Most people would have walked the floor and said, "This time I think we must go in debt." Twenty minutes until dinner, and 2,000 children to be fed, and yet he said, "Have the dinner prepared and the table ready; there will be bread." In ten minutes the man came back and said: "Mr. Miiller, there is no bread. It is almost dinner time."
Mr. Miiller said, "Go; there will be bread."
Five minutes before time for the bell to ring, the man came back, and Mr. Miiller said: "Go, and never come to me again with such a report. There is bread."
Just at that moment a baker's wagon came tearing up to the door with a big load of bread, and the children had their dinner. How surprised and delighted the steward must have been! But that was not the end. After dinner Mr. Miiller sent for his steward, and said: "I am very sorry, but you will have to go. I cannot afford to have a man in my house who doubts God for twenty minutes. You must go."
Do you see the point that I am trying to make? When you have taken anything by faith, stand by it, and say. "I have it." Do as the three men did in the fiery furnace, when they took this position: "Our God whom we serve is able to deliver us from the burning fiery furnace; ... be it known unto thee, O king, that we will not serve thy gods, nor worship the golden image which thou hast set up." (Dan. 3:17-18)
These three men represent the souls that are conscious of their union with God, that recognize their own inherent divinity and omnipotent power. You must get into conscious union with God. You must know how to get still before God, to hush the outer passions, the outer clamoring for things.
A lady came to me and said: "It is easy enough to make a demonstration. There was something I wanted, and I got it in six weeks; and then I worked six years to get rid of him." She wanted him, and she got him, and then she suffered a great deal of sorrow and pain in getting rid of him.
What do we want? We want to go into the silence, to get still, and say, "I delight myself in the Lord." Do you remember that wonderful 37th Psalm — "Delight thyself also in Jehovah; and he will give thee the desires of thy heart"? He will put the highest desires of the infinite mind into your mind. God and one are always a majority, and nothing can by any means hinder you.
A few words as to how to go to work to cultivate and establish faith. You can cultivate faith as well as you can cultivate a plant, or anything else. If you intended to study chemistry or mathematics, the first thing that you would do would be to get a good book on chemistry or a good book on mathematics. The best textbook on a living and powerful faith is the Bible. Study the words of the greatest metaphysician who ever lived, the one of the most powerful faith. Get a little blank book, examine the words spoken by Jesus in each case where a person came to Him for healing; note each time He said, in substance, "If thou canst believe; it shall be unto thee according to thy faith." Note His every reference to faith. Write down and underline the verse that says, "All things whatsoever ye pray and ask for, believe that ye receive them, and ye shall have them [if you can see them as spiritual realities]." If the statement, "If thou canst believe," is a truth more real to you than anything that the objective senses say, then "thou shalt have." "All things are possible to him that believeth."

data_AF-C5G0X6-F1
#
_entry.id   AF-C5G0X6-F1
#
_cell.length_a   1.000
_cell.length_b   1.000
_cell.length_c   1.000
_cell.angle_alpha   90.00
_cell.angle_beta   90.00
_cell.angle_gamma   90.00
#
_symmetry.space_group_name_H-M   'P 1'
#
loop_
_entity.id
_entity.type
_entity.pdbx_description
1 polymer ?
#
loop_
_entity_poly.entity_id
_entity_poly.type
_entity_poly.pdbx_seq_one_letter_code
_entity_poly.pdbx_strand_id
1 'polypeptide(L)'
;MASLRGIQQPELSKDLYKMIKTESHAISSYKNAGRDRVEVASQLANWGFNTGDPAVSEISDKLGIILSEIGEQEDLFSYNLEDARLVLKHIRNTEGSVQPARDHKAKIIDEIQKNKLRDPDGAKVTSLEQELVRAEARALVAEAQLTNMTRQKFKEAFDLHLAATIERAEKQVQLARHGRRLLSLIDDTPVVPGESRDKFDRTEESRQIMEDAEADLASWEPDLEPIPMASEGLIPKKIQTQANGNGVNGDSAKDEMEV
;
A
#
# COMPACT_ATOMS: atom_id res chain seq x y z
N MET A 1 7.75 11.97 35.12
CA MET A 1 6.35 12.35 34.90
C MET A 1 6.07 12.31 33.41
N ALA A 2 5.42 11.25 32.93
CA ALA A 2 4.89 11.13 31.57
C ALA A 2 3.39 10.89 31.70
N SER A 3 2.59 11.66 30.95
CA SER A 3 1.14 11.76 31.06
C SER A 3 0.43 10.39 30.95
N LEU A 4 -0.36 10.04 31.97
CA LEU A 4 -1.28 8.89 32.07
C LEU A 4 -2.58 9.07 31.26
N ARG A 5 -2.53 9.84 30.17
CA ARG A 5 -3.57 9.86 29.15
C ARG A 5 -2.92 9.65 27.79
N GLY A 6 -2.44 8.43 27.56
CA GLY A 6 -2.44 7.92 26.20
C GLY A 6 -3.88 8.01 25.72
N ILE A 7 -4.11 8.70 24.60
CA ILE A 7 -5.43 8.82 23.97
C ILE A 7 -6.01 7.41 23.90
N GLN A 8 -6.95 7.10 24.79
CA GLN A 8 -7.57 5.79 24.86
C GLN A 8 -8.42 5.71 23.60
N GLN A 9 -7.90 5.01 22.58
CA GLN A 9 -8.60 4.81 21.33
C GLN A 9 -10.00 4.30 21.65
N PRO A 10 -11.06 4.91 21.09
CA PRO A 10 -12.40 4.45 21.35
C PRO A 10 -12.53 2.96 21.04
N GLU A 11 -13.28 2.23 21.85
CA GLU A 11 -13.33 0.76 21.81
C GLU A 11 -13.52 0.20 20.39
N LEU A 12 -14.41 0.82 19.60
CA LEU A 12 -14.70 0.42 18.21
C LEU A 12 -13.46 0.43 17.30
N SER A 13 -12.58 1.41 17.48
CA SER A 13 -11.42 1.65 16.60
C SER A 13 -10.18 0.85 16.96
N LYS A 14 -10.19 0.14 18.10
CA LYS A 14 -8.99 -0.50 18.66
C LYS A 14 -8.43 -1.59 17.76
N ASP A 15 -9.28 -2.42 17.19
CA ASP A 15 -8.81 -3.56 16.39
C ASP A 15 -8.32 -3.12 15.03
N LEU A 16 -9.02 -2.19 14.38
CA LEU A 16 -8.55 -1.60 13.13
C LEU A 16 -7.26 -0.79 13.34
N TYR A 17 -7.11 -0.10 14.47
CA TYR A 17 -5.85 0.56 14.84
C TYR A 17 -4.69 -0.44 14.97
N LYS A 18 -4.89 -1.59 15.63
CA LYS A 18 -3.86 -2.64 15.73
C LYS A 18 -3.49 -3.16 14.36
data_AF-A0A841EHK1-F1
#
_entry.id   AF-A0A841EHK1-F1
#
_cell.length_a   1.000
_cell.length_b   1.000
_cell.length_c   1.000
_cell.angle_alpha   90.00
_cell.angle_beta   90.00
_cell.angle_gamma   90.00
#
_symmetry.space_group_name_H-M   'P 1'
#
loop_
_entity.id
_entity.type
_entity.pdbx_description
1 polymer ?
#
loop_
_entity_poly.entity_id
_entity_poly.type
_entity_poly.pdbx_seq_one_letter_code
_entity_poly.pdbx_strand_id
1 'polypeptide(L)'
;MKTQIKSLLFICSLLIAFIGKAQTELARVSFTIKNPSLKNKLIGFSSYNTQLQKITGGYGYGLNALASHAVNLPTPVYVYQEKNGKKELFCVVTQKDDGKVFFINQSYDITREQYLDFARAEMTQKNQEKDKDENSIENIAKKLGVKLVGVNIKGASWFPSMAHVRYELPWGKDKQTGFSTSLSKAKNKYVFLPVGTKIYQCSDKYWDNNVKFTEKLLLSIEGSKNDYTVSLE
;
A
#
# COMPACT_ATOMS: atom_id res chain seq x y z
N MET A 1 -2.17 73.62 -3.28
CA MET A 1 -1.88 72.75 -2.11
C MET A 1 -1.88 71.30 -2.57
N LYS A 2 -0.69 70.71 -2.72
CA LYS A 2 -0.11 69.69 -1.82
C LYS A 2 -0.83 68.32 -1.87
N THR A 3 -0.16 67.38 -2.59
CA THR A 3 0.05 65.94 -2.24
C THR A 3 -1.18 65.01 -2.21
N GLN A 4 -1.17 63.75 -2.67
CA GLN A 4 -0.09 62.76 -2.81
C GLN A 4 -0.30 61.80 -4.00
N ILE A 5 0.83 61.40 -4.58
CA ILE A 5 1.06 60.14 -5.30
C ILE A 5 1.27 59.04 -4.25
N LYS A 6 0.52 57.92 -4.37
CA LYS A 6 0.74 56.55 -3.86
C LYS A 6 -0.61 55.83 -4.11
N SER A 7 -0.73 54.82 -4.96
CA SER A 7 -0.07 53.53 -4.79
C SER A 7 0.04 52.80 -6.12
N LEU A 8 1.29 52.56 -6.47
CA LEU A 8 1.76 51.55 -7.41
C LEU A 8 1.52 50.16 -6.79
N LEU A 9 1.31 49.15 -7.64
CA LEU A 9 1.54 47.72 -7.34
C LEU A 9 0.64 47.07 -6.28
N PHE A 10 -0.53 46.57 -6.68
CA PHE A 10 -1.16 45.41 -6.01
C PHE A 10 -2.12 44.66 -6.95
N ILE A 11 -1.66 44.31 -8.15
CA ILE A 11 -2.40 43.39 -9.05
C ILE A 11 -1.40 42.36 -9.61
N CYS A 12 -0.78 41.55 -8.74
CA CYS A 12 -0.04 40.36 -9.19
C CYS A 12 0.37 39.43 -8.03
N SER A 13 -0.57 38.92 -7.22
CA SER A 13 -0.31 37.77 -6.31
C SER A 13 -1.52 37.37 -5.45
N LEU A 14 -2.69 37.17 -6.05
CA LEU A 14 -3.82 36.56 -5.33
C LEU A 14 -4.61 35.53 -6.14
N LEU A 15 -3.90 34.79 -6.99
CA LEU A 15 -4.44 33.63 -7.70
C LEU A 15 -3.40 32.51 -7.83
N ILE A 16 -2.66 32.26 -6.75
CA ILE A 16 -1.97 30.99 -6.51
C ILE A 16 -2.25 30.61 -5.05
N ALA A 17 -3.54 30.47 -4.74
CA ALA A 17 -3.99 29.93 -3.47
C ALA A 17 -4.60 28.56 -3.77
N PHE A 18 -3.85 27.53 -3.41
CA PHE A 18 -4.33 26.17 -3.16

When you have noted all these verses, turn to the 3d chapter of the Epistle to the Romans, and read what it says on the law of faith. Learn to understand that it is a definite, positive, fixed law; a law as definite as the law of mathematics; as definite and unfailing as the law of chemistry, or the law of electricity, or any other law. Write down what Paul says about the law of faith. In the 4th chapter he calls your attention to Abraham, and why Abraham was called "the father of the faithful." Do you want to know why he calls your attention to Abraham? First read this chapter, and then turn to the 17th chapter of Genesis, in which is recorded God's promise to Abraham, "Thou shalt be the father of a multitude of nations." Then in the very next verse the tense is changed and the verse reads, "For the father of a multitude of nations have I made thee." Abraham did not have a child for years after that; but from that moment he never questioned. From that moment he spoke of himself as a father of many nations; never questioned the promise at all — a father of many nations.
Go over that chapter carefully, then turn to the 11th chapter of Hebrews and you will note: By faith they "stopped the mouths of lions, quenched the power of fire," and by faith did a great many things that you can do today. You can do these things if you know how. To learn how, you must get into conscious union with God, the one and only power. You must believe that the thing that you desire is already yours. All things are yours; "all things are possible to him that believeth," and "nothing shall in any wise hurt you." Yours are the
"Things which eye saw not, and ear heard not,
And which entered not into the heart of man,
Whatsoever things God prepared for them that love him."